The difficulty in any decision with long-term consequences is that you simply don’t know what the future will be like it. You have to make an educated guess, based on inadequate experience and depleted brain cells. But basic logic can help.
Take Lihir Gold. The company announced yesterday that it would, “plow about $850 million into buying back its gold hedging to maxmise its exposure to gold prices, underscoring its faith in the gold market.” This is a good sign for gold, when gold producers finally begin to believe in the bull market of their own product. If you’re a really hard core contrarian, however, this might scare you.
But we assume it’s good, at least for Lihir shareholders, that the company is no longer selling today’s production at yesterday’s prices. Actually, if it were selling gold at yesterday’s prices, it wouldn’t be so bad. But when a gold producer hedges, it sells future production at a pre-set price in order to lock in the profits and cover the costs and ensure its operations continue.
It’s a risk. You could sell tomorrow’s gold at a hideous discount to what it might be worth. This, it turns out, is exactly what Lihir and other Aussie gold producers have done. Lihir sold current gold production for the bargain basement price of US$343 an ounce, compared to a gold price yesterday around of $690. That is what we in the industry call a bad bet.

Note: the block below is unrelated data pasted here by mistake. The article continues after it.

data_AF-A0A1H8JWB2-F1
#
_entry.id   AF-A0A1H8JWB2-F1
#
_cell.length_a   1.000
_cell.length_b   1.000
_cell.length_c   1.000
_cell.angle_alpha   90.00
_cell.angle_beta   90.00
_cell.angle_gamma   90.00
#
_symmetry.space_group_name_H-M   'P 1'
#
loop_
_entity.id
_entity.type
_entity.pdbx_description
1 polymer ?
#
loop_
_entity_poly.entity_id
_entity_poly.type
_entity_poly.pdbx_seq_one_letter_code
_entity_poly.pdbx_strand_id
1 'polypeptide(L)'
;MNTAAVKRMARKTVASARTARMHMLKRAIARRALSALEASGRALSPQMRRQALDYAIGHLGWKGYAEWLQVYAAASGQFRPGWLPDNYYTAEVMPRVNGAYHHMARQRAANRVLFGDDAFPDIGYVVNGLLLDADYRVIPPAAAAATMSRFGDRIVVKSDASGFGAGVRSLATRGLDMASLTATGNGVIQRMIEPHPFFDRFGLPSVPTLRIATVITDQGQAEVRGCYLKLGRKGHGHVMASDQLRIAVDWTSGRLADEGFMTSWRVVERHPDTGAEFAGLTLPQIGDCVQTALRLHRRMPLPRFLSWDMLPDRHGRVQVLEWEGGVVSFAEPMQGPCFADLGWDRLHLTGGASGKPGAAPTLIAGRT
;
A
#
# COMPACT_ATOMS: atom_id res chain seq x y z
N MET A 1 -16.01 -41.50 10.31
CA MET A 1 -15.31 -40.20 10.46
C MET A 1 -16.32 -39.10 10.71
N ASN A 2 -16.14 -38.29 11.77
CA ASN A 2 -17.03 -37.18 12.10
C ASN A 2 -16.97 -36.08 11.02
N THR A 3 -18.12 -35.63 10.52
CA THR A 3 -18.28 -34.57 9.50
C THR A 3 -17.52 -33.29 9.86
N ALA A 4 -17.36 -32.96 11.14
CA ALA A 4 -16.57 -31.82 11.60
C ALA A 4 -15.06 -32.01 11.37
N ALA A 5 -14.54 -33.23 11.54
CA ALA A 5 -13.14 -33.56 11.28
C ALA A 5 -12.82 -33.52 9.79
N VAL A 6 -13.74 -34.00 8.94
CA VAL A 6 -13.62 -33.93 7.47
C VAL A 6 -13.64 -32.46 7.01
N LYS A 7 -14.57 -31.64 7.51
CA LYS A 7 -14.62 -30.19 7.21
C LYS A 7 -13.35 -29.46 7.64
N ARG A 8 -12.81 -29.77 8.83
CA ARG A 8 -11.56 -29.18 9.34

Hindsight being what it is, is it fair to rap the company on the knuckles for not anticipating gold’s big bull move? Well, mostly yes and a little bit no. You can’t blame any man, woman, or gold miner for not knowing the future. The company gets a pass on that.
But as a going-concern with long-term obligations and assets (goldmines require capital investment that’s depreciated over decades, not years) surely the future direction of the gold price would enter into a company’s calculations. And surely when gold begun turning up in 2002, the gold producers might have realized that selling future gold production at locked- in prices would limit their exposure to any big moves up in gold.
That’s a lot of surelys. Too many, in fact. The gold producers did hedge, essentially betting against the bull market in the commodity they produced. And thus, their upside of selling current production at current prices (or higher) has been limited. This seems to have been a problem throughout the Aussie gold sector, and it’s only just now that companies are finding the cash to buy back their hedges and get, er, fully exposed to gold’s next big move, which, as gold bulls, we hope is up.
Markets and Money